[quote]echo The folder backups are to be stored in could NOT be
successfully mounted!


Enclose strings you’re echoing in quotes.
i.e., echo “foo”

[quote]exit 0


No, no. You have your exits backwards. You want to exit 1 in this case, and 0 if everything’s Ok (this is default, so you don’t need to put one at the end).

[quote]pathtobackup = “/home/sqwaw/backups”; # path for backups


I’d use “${HOME}/backups” - not a biggie either way, but this makes it more portable

[quote]foldername = date


That will give you a directory name with spaces in it, which will cause all sorts of problems. Plus, if you run the script twice in a day, it’ll hose or conflict with the first one.

You probably want to do something like:
FOLDERNAME=date " %y%m%d"
FOLDERNAME=date " %y%m%d"$$
(the latter appending the PID of the parent process)
It’s traditional to put variables in all caps. It’s safest to use:
${FOO} instead of $FOO (less ambiguous in certain cases).

[quote]ftp -n $ftphost <<ftplog


Backwards again.

You probably want something like:
ftp -n $ftphost >> ${HOME}/ftplog 2>&1

(the 2>&1 sends both stdout and stderr to the logfile). I’d use scp or something instead, or else maybe use expect to handle the upload. I don’t think what you’ve put will work. You probably need to put the ftp commands in a heredoc.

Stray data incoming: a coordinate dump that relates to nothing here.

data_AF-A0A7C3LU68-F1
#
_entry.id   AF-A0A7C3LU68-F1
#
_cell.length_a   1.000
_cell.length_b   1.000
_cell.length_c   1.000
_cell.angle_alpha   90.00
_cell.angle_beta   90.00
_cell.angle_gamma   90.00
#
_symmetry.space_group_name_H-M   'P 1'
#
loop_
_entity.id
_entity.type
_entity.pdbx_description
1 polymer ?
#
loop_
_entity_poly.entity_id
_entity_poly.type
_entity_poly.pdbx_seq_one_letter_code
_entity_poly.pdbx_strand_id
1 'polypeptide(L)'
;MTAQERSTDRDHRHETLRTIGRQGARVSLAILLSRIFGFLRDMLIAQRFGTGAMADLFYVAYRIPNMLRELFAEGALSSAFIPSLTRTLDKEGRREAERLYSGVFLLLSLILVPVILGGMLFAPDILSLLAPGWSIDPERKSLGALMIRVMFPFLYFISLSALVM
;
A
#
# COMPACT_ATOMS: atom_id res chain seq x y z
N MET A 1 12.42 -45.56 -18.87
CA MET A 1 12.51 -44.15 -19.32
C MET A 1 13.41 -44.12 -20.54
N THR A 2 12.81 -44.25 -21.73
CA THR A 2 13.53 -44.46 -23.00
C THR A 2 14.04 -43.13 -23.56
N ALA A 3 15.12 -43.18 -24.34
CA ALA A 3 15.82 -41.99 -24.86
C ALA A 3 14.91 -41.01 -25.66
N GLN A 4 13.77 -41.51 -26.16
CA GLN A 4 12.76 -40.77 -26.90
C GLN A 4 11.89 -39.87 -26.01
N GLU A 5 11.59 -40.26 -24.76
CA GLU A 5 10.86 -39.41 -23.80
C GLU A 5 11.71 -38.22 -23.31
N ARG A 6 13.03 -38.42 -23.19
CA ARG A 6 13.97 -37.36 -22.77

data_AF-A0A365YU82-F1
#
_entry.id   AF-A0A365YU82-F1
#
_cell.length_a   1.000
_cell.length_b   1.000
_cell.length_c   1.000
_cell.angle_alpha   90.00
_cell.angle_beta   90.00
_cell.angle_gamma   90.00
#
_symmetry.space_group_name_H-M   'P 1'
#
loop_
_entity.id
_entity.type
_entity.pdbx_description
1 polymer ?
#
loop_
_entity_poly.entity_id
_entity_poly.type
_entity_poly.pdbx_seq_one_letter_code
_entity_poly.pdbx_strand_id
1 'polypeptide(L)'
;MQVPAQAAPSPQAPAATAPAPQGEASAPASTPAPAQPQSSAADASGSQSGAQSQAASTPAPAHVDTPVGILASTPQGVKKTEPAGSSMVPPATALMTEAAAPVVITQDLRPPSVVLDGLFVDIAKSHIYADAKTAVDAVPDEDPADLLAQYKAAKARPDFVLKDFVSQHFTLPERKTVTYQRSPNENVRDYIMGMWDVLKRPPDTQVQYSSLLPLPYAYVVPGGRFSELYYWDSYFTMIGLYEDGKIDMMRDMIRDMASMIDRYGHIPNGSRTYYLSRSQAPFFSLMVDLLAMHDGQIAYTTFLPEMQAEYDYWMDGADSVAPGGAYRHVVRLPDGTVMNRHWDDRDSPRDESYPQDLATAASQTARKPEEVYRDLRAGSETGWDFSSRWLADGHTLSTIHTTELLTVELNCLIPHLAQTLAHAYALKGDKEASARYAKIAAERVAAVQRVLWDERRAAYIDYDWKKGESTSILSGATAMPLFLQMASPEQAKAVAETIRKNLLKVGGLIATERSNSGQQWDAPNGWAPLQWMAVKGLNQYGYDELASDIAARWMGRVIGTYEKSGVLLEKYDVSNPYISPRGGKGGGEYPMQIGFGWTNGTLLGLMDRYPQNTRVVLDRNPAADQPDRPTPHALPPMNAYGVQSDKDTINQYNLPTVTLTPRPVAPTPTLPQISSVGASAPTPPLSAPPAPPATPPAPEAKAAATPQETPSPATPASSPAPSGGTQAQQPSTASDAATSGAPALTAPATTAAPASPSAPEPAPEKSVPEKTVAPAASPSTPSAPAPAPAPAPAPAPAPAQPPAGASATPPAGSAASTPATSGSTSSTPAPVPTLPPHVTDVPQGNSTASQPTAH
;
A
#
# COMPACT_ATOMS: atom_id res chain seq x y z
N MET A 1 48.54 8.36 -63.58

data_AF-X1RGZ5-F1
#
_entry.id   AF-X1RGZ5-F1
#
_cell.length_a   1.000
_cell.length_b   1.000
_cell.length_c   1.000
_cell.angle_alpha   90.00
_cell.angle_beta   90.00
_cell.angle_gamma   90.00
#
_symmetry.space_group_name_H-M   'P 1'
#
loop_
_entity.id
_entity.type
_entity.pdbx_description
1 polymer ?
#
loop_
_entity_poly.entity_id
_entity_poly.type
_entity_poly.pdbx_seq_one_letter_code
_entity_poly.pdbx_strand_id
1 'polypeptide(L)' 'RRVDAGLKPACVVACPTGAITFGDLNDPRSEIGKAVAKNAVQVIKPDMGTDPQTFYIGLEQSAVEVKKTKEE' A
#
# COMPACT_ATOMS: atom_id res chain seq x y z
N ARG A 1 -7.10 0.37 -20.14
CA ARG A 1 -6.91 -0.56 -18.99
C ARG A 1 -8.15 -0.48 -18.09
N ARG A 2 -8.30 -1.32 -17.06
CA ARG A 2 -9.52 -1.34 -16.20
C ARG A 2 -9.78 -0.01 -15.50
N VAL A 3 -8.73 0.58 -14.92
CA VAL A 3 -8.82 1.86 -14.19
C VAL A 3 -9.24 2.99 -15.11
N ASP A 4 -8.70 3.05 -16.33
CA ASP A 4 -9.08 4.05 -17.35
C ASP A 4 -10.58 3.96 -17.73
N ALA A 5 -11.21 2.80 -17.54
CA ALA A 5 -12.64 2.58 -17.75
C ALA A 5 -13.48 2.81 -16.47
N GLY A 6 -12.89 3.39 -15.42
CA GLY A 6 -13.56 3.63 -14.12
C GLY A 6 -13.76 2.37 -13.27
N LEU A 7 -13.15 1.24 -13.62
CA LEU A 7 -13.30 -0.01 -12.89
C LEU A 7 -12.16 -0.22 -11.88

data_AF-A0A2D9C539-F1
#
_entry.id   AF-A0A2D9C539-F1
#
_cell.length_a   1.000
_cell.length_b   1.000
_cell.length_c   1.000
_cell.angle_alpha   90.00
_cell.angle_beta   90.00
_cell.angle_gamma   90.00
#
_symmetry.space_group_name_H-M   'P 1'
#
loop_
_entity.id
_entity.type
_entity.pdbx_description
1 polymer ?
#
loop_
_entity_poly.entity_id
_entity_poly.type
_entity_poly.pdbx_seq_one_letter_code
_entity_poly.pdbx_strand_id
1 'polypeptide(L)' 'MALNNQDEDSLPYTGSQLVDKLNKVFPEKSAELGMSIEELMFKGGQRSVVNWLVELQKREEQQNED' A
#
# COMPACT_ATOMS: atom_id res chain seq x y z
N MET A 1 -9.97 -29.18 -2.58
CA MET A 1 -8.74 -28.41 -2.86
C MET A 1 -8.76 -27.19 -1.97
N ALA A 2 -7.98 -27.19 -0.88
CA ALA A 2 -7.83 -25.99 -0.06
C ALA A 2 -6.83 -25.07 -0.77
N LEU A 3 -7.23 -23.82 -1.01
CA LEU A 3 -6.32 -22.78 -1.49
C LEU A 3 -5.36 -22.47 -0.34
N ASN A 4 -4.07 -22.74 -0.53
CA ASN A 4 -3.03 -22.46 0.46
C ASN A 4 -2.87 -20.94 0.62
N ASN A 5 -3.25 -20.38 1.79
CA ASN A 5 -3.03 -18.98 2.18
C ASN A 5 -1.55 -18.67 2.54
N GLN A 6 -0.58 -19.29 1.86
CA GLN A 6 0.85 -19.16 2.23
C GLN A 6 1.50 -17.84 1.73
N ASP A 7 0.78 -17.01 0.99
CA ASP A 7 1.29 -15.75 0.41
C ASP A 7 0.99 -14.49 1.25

from a quick google:

If the remote machine is a UNIXy machine, at least, you might be better off pulling the file than trying to push it - wget or fetch should let you specify a password… this will probably work more gracefully than your solution (just make sure that an error is emailed to you if retrieval fails, and make sure your naming scheme makes sense, so that your script on the receiving side looks for the right file).

Another option would be to use mutt to email the backup to you as an attachment.

[quote]echo ftplog


Do you want to echo “ftplog”, or do you want to show the contents of “ftplog”? I’d either just use “tee” in the first place (to log to a file and to your terminal), or do “cat ftplog”

You can reduce this whole long section to something like:

tar cvzf $dbname.tar.gz $dbname.sql || echo “Creating tarball failed” ; exit 1

No dash before the tar options.

also, there’s no sense in making a tarball at all unless you’re putting multiple files in - otherwise just gzip the .sql file. What I’d do is put all your .sql files in $foldername, and then:

tar cvzf ${foldername}.tar.gz ${foldername}

Similarly, you could reduce another big if / then chunk to:
cd $pathtobackup || echo “couldn’t chdir to $pathtobackup” ; exit 1

[quote]chmod 777 $foldername

Make the dir publically accessible?


Uhh not unless you want everyone on your server to be able to read these files…

I’d put a “umask 077” at the top (this will have the opposite effect and set permissions to user-only for files and directories you create, without you having to use chmod at all).


Wow, thanks. I’ll make all the changes you mentioned and report back on the errors I still have left, if any. :slight_smile: